4. Although general progressions of development and learning can be identified, variations due to cultural contexts, experiences, and individual differences must also be considered.

  5. Children are active learners from birth, constantly taking in and organizing information to create meaning through their relationships, their interactions with their environment, and their overall experiences.

  6. Children’s motivation to learn is increased when their learning environment fosters their sense of belonging, purpose, and agency. Curricula and teaching methods build on each child’s assets by connecting their experiences in the school or learning environment to their home and community settings.

  7. Children learn in an integrated fashion that cuts across academic disciplines or subject areas. Because the foundations of subject area knowledge are established in early childhood, educators need subject-area knowledge, an understanding of the learning progressions within each subject area, and pedagogical knowledge about teaching each subject area’s content effectively.

  8. Development and learning advance when children are challenged to achieve at a level just beyond their current mastery and when they have many opportunities to reflect on and practice newly acquired skills.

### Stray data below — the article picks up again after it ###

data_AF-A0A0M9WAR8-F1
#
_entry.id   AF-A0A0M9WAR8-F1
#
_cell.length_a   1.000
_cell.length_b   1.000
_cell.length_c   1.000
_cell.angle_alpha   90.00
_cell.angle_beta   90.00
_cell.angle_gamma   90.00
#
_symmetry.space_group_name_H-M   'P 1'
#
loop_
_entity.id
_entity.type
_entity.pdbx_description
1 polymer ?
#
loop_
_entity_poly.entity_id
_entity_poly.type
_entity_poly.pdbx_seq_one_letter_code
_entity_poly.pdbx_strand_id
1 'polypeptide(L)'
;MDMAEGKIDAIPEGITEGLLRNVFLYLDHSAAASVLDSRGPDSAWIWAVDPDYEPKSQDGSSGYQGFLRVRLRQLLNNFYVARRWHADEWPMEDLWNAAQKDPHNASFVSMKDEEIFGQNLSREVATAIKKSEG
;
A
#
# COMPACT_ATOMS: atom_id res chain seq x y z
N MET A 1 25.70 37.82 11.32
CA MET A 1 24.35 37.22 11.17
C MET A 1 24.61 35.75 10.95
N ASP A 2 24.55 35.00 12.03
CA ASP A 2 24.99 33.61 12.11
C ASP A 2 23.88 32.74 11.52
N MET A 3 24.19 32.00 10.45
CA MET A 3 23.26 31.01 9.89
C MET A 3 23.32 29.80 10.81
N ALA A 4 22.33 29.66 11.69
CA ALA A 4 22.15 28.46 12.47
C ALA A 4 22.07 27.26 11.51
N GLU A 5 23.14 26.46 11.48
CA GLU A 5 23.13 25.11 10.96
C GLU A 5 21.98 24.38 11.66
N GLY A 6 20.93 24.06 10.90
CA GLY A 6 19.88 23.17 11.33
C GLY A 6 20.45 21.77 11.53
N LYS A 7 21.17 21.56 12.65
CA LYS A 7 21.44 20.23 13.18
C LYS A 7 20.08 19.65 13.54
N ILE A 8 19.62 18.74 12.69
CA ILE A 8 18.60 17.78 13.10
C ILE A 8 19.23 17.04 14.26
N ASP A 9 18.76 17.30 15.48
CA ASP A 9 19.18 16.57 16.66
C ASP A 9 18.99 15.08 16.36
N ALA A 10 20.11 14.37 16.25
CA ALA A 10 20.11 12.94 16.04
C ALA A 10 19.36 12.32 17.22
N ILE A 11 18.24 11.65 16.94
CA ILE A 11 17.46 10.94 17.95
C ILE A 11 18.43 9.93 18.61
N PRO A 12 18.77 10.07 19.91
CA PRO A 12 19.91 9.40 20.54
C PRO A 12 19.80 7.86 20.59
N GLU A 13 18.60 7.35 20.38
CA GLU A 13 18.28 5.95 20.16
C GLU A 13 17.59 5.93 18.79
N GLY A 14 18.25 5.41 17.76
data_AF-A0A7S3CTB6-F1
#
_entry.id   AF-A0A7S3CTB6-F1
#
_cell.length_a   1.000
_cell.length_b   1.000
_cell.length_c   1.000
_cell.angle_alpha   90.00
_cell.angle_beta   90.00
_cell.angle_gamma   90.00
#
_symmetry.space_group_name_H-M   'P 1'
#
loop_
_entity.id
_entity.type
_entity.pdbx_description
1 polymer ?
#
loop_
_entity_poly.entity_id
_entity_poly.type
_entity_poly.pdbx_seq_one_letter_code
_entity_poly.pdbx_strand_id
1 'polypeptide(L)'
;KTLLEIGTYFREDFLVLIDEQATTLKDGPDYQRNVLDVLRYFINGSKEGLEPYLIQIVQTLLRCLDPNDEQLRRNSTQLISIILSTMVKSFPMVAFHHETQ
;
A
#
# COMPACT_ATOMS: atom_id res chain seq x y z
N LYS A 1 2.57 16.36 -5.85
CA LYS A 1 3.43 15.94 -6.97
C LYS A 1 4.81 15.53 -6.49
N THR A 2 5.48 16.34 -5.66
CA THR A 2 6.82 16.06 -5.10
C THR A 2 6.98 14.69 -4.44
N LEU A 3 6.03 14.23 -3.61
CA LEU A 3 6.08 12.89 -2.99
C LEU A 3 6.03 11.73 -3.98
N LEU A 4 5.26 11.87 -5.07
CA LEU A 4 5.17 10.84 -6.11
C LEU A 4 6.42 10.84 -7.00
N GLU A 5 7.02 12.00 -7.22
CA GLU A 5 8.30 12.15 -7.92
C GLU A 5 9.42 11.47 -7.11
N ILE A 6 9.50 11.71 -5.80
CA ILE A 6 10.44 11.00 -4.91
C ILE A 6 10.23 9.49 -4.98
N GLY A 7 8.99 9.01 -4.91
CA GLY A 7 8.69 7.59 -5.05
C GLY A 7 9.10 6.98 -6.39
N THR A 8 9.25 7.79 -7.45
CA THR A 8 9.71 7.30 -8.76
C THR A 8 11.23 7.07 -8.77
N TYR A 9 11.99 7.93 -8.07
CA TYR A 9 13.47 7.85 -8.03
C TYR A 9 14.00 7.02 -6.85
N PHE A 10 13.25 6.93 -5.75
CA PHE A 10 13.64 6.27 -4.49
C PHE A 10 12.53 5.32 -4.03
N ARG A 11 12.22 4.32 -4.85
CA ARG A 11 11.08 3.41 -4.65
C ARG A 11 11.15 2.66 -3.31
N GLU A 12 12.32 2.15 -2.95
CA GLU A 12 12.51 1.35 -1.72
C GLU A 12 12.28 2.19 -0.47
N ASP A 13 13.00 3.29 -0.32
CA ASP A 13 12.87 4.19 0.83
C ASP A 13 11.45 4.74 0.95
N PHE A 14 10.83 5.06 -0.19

9. Used responsibly and intentionally, technology and interactive media can be valuable tools for supporting children’s development and learning.

As a dedicated educator with a passion for science, these principles underscore the critical role of early learning in laying a robust foundation for a child's future. Moreover, it's a multifaceted and awe-inspiring journey. Each interaction is a nuanced dance where a child navigates their understanding of the world and self. At Hudson Forest Play, our goal is to cultivate a safe space where children feel a profound sense of belonging, value, and confidence to engage, take leaps, and revel in joy. When such an environment is nurtured, children feel truly seen and heard, fostering an open mindset to flourish in their learning, embrace challenges, and evolve!

What's next?

Spring!! As we approach the end of our time at Le Nichoir and conclude the Winter Program at Hudson Forest Play, we eagerly anticipate embracing each day of this final week within the enchanting tent and Nature Reserve environment. With each passing day, we anticipate the weather growing warmer, inviting us to immerse ourselves in muddy adventures! Please remember to pack extra clothes to ensure our little explorers are ready for whatever nature presents us with!

22 views0 comments

Recent Posts

See All


Post: Blog2_Post
bottom of page